I almost hesitate to go off on the narrative shift at the end, when we learn that everything we've seen so far is a sham, that the Maguffin doesn't even have any meaning to the end of the movie. The narrative structure cheats the audience as much as the film's aversion to dance. For a while, I thought this was going to end the same way John Carpenter's much more economical The Ward ended, or Scorsese's Shutter Island (which is more or less the same thing). But no. This has ideas all its own as to what constitutes a narrative sucker punch. It indulges in a non sequitur. At this point, I should probably give the movie it's due, though. The opening sequence, largely silent, knows how to tell a story, and I won't say I don't like watching Carla Gugino done up in dominatrix drag while channeling Marlene Dietrich, cause I totally do. For that matter, I don't necessarily disapprove of the way Snyder films his action sequences. Overwrought, perhaps, but comprehensible. Better this method, where the geography of the scene is almost always clear, than some dumb run and gun style that would make an already indigestible movie nigh unwatchable.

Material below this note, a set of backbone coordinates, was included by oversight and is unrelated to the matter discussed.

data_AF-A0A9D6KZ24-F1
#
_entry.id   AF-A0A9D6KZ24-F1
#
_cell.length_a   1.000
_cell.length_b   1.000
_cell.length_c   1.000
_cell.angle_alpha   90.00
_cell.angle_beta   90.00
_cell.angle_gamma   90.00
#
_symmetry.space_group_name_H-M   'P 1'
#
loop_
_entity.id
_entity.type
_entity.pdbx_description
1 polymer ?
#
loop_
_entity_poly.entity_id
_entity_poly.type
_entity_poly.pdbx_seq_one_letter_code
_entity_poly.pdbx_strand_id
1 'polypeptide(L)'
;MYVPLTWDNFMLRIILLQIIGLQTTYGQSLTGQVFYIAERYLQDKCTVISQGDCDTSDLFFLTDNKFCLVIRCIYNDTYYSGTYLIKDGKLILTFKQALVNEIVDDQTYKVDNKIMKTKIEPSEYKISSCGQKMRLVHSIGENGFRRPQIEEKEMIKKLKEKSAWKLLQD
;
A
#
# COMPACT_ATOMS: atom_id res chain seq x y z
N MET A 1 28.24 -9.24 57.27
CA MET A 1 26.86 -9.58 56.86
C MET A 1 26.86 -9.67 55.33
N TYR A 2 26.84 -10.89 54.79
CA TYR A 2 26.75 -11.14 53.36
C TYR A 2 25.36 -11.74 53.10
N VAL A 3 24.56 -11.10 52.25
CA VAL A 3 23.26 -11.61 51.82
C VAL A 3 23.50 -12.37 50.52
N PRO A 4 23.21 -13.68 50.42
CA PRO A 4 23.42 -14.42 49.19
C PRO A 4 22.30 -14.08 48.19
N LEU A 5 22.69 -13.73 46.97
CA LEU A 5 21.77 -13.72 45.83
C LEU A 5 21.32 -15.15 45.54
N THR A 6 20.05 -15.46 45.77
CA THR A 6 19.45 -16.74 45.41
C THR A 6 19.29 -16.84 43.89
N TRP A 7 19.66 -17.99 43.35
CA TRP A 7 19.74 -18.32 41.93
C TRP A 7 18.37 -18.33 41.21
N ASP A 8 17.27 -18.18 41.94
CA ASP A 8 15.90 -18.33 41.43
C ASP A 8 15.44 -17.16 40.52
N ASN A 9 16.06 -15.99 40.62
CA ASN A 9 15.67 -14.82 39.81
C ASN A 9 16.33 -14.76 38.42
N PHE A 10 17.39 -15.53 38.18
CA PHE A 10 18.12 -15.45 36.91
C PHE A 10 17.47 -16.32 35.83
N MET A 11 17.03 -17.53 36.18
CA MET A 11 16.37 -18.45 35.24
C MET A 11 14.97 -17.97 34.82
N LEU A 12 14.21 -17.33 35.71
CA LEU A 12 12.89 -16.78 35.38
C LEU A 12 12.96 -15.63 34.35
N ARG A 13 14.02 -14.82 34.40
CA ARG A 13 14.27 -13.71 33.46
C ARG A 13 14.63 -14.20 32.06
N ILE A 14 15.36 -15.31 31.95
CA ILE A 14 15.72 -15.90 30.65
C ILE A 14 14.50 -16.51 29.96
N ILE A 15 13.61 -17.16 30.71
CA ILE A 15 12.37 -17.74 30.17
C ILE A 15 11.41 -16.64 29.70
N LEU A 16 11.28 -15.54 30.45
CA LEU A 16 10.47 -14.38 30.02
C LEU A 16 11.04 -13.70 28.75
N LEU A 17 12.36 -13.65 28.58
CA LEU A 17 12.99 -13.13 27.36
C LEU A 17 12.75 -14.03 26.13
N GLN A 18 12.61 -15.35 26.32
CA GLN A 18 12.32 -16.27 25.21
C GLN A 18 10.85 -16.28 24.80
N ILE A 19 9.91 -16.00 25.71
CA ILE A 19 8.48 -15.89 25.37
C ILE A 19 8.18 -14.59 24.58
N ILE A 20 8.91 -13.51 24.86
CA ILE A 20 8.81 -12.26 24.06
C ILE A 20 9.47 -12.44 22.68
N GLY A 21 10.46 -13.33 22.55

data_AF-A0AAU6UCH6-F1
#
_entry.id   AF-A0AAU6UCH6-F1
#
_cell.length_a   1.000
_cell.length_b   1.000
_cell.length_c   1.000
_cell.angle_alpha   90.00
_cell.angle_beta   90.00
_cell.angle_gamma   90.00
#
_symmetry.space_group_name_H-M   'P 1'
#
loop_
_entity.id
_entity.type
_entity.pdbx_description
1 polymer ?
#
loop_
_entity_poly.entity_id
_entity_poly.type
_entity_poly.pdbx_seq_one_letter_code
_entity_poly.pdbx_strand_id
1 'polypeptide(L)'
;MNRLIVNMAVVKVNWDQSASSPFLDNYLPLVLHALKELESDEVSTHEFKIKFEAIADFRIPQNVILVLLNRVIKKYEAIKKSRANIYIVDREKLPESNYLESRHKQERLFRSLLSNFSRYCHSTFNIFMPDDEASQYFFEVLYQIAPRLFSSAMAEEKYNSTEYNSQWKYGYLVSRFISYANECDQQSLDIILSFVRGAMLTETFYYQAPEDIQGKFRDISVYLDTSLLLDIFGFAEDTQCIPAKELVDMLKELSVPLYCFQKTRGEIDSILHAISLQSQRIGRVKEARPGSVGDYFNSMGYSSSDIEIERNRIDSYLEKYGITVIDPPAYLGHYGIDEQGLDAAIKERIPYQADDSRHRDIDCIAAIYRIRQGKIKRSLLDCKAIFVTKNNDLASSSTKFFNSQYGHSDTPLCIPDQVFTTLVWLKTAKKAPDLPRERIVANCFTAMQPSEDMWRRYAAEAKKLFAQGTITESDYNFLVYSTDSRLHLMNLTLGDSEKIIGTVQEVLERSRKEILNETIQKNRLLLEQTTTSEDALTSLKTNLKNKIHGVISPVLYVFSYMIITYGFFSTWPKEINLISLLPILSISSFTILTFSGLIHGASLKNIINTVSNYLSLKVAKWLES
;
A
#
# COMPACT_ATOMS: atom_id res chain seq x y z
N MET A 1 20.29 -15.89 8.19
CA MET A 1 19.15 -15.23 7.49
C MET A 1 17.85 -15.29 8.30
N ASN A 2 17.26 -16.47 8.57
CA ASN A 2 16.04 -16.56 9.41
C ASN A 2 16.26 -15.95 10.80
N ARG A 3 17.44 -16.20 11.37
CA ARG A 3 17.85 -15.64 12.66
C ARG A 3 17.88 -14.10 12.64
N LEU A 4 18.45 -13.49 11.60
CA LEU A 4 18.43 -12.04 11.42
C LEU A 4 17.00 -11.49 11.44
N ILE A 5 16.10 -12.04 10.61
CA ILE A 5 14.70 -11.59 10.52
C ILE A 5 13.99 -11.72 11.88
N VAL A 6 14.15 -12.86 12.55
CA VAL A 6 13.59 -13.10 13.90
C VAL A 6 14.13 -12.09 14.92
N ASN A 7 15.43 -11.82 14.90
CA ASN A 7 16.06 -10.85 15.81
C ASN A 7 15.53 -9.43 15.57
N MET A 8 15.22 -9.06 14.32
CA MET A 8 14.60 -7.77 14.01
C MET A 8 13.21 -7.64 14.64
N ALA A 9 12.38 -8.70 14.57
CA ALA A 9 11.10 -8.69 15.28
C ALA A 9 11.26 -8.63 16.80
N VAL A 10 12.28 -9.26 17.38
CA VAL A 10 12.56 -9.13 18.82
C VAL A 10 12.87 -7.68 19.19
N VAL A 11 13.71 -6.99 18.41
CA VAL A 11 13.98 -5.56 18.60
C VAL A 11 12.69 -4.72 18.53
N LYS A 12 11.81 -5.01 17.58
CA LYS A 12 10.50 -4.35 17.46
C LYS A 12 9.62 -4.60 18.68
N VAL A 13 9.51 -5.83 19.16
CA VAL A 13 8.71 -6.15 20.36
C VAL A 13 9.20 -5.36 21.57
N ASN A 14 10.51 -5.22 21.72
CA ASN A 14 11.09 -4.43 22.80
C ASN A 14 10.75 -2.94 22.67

I dunno, maybe Zack Snyder is taking his lessons from Sam Raimi, who discovered to his sorrow that fanboy culture won't put up with dancing in its entertainments. Instead, he's provided "awesome" set-pieces, where the stakes are ever escalating and the action ever more absurd. Hot babes in fetish outfits fighting dragons? Cool! This is the trouble with the poisonous virus of fanboy culture: it values shock and awe over actual, y'know, quality. Everything these days is awesome. Special effects are at a zenith. What kind of praise is it that a movie has great special effects when everything has great special effects? The new frontier in this kind of filmmaking isn't how astonishing the things are that can be filmed, it's how beautiful and artful they are. Sucker Punch seems awfully derivative on this point. Its grimy slowmo music video aesthetic seems as second hand as its dragon, who is another descendant of Vermithrax Pejorative and even has the exact same moment of pathos over her dead offspring. Awesome at second hand is more draining than inspiring. Show me something new, motherfucker. Show me Emily Browning dancing to make my jaw drop. Now THAT would be awesome.